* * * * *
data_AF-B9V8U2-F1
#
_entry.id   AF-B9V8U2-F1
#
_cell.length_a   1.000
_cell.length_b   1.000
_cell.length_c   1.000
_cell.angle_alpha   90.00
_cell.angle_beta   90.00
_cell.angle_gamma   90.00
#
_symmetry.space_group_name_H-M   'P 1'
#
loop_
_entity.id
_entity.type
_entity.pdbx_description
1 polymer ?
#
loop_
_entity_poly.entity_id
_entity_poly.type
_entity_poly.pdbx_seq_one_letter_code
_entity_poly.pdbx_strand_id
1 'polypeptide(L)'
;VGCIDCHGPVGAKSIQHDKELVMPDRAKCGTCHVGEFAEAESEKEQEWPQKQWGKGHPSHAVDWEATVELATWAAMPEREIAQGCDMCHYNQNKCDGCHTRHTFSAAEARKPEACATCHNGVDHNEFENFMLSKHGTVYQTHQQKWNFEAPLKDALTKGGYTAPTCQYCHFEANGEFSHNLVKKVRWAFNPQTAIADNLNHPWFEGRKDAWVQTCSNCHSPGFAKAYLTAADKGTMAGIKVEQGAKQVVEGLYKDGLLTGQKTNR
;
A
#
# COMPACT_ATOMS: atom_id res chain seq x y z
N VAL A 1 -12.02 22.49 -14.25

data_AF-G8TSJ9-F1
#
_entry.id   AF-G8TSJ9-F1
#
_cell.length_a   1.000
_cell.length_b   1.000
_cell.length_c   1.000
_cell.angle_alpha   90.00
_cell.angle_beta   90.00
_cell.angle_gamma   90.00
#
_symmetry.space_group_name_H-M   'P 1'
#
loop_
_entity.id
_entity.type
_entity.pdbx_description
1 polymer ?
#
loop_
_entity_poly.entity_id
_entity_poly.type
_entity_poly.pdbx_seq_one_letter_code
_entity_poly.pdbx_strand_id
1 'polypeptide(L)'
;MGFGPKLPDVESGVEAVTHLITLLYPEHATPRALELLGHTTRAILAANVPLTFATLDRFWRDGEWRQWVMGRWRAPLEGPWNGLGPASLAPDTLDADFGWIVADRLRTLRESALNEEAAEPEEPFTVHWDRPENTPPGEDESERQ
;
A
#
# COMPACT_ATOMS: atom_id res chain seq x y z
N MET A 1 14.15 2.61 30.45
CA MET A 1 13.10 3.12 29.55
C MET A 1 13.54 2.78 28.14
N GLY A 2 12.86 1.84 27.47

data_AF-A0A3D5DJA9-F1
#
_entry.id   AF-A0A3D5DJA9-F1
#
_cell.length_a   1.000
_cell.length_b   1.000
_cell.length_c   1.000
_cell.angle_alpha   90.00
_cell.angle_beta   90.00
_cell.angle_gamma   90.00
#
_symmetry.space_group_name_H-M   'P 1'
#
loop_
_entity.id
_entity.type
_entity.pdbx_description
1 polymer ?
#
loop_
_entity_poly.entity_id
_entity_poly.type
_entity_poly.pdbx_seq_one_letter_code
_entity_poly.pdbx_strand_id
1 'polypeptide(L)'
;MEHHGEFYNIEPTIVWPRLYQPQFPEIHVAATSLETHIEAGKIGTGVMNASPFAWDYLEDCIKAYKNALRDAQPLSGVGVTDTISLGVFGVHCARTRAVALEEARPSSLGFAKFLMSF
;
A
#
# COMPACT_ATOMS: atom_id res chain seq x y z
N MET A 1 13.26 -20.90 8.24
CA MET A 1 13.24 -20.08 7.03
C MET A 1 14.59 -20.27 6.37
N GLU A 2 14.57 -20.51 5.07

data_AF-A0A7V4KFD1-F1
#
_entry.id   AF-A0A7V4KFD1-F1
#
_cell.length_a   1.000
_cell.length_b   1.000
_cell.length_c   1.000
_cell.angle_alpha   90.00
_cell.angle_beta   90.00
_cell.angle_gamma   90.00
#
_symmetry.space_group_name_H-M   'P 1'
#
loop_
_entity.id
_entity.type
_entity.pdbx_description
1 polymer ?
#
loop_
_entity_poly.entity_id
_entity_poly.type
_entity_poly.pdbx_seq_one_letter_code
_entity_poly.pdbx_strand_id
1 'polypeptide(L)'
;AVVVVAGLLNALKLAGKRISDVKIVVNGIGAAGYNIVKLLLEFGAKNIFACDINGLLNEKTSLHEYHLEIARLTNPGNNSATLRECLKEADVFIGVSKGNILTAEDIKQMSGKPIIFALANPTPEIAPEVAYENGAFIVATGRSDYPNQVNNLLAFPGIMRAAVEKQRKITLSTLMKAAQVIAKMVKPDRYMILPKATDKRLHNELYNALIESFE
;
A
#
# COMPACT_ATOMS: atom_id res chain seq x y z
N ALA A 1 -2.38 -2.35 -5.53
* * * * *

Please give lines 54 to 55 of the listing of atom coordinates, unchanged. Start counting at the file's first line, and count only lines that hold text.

_entity_poly.pdbx_seq_one_letter_code
_entity_poly.pdbx_strand_id